Summertime has some activities that are just staples: Air shows, concerts, fireworks, state fairs, Nascar races, etc. The crowds, and the decibel levels, are growing as more of these activities are going back to normal.
But sometimes this can bring about problems. Let’s face it: you’ve had ringing in your ears after attending a concert before. That ringing is often called tinnitus, and it could be an indication of something bad: hearing damage. And as you continue to expose your ears to these loud sounds, you continue to do additional irreversible damage to your hearing.
But it’s ok. With the proper ear protection, you’ll be able to enjoy those summer activities (even NASCAR) without doing lasting damage to your ears.
How can you tell if your hearing is taking a beating?
So, you’re at the air show or enjoying yourself at an incredible concert, how much attention should you be paying to your ears?
Because you’ll be pretty distracted, understandably.
Well, if you want to avoid severe injury, you should be on the lookout for the following symptoms:
- Dizziness: Your inner ear is generally responsible for your ability to stay balanced. So if you feel dizzy at one of these loud events, particularly if that dizziness coincides with a charge of volume, this is another indication that damage has taken place.
- Tinnitus: This is a buzzing or ringing in your ears. It’s an indication that damage is taking place. You shouldn’t automatically disregard tinnitus simply because it’s a fairly common condition.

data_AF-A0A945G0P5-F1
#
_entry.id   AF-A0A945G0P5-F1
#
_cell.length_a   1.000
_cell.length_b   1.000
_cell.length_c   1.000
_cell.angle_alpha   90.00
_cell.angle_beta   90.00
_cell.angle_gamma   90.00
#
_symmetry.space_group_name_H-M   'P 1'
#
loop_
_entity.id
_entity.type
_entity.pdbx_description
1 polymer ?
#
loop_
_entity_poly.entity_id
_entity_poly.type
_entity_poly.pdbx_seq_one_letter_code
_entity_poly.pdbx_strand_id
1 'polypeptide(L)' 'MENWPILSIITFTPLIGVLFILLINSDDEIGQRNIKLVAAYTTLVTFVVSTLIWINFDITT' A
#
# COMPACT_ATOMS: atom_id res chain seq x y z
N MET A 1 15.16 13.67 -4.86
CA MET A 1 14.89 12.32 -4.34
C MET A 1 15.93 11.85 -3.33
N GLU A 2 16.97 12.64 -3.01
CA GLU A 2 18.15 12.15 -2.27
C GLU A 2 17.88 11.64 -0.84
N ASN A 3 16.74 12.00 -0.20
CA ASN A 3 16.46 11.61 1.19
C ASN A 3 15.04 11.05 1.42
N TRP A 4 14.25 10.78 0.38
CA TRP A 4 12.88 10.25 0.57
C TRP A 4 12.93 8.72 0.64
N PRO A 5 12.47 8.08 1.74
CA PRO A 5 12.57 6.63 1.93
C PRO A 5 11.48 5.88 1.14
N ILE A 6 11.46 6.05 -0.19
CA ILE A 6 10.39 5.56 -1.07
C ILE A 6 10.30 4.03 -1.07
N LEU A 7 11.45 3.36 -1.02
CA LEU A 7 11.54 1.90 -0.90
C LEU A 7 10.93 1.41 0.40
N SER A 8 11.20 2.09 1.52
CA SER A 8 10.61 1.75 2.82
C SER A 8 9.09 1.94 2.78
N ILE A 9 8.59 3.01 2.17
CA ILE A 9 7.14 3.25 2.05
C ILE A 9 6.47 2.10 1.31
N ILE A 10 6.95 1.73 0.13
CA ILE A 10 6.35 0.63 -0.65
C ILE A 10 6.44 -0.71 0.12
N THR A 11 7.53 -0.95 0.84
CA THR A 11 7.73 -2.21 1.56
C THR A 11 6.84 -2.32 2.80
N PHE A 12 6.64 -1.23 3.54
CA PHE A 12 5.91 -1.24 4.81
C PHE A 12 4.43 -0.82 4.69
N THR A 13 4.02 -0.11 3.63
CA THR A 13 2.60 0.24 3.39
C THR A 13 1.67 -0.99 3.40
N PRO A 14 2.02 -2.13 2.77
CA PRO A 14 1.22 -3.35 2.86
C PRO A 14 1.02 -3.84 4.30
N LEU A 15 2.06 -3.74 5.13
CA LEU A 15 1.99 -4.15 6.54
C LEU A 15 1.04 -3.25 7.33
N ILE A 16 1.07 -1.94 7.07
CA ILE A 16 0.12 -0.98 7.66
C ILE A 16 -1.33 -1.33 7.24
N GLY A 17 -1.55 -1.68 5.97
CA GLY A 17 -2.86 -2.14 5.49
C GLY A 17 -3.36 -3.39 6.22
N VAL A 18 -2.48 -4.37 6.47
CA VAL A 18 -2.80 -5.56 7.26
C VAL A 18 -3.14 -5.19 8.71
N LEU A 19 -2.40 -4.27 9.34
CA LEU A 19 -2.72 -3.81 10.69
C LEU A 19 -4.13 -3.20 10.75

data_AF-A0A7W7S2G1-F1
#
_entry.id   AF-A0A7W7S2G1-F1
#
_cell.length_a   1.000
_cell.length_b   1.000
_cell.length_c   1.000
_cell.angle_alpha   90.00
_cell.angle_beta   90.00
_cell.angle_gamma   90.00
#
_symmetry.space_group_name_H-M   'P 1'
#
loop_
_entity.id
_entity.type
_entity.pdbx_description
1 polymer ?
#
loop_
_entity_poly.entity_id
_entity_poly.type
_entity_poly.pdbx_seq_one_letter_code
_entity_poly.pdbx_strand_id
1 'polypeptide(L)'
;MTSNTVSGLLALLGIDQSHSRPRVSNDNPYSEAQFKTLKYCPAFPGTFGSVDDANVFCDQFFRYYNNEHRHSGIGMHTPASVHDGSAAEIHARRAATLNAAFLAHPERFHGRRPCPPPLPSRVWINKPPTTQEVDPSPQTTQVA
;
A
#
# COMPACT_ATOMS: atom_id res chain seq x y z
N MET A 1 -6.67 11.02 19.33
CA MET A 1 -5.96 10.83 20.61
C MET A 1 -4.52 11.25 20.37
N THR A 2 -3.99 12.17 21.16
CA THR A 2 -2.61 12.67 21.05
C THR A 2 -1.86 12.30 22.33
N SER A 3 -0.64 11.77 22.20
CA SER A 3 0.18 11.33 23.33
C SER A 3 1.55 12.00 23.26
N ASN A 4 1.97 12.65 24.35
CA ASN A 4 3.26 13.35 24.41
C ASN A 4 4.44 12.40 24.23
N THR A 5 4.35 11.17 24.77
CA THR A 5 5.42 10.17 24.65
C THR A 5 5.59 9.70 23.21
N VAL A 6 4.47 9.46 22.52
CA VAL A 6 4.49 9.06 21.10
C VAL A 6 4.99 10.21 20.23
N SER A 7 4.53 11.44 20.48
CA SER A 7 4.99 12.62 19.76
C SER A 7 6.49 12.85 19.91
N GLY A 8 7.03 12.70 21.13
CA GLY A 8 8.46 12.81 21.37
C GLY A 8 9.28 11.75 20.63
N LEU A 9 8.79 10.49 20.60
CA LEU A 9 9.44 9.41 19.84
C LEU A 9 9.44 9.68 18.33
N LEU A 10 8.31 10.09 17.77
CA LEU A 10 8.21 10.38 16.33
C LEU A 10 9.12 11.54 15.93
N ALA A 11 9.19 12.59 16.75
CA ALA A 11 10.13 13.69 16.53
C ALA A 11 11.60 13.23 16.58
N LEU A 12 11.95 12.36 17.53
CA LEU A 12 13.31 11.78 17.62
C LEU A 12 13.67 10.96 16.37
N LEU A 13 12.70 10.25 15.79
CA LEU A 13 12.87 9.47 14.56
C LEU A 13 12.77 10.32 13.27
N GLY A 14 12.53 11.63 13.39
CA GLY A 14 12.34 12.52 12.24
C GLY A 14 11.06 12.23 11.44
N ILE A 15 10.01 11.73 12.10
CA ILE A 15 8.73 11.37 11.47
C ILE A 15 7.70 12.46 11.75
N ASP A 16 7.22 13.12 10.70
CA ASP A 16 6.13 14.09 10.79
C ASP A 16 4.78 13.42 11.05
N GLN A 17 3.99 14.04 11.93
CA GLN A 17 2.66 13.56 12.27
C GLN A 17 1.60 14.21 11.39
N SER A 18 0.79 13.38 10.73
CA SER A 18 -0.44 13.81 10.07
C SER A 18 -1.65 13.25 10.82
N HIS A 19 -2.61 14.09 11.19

- Headache: If you’re experiencing a headache, something is probably wrong. This is definitely true when you’re trying to gauge damage to your hearing, too. A pounding headache can be triggered by overly loud volume. And that’s a good indication that you should seek a quieter setting.
Obviously, this list isn’t exhaustive. There are little hairs in your ears which are responsible for picking up vibrations in the air and overly loud sounds can harm these hairs. And once these tiny hairs are destroyed, they never heal or grow back. They’re that specialized and that fragile.
And it’s not like people say, “Ow, the tiny hairs in my ear hurt”. That’s why you need to watch for secondary signs.
It’s also possible for damage to happen with no symptoms at all. Any exposure to loud noise will lead to damage. And the damage will worsen the longer the exposure continues.
When you do notice symptoms, what should I do?
You’re getting your best groove on (and everyone is loving it), but then, you start to feel dizzy and your ears start ringing. How loud is too loud and what should you do? And are you in a dangerous spot? How are you supposed to know how loud 100 decibels is?
Here are some options that have different levels of effectiveness:
- Try distancing yourself from the source of the noise: If you detect any ear pain, distance yourself from the speakers. To put it bluntly, distance yourself from the origin of the noise. Perhaps that means giving up your front row NASCAR seats, but you can still have fun at the show and give your ears a necessary respite.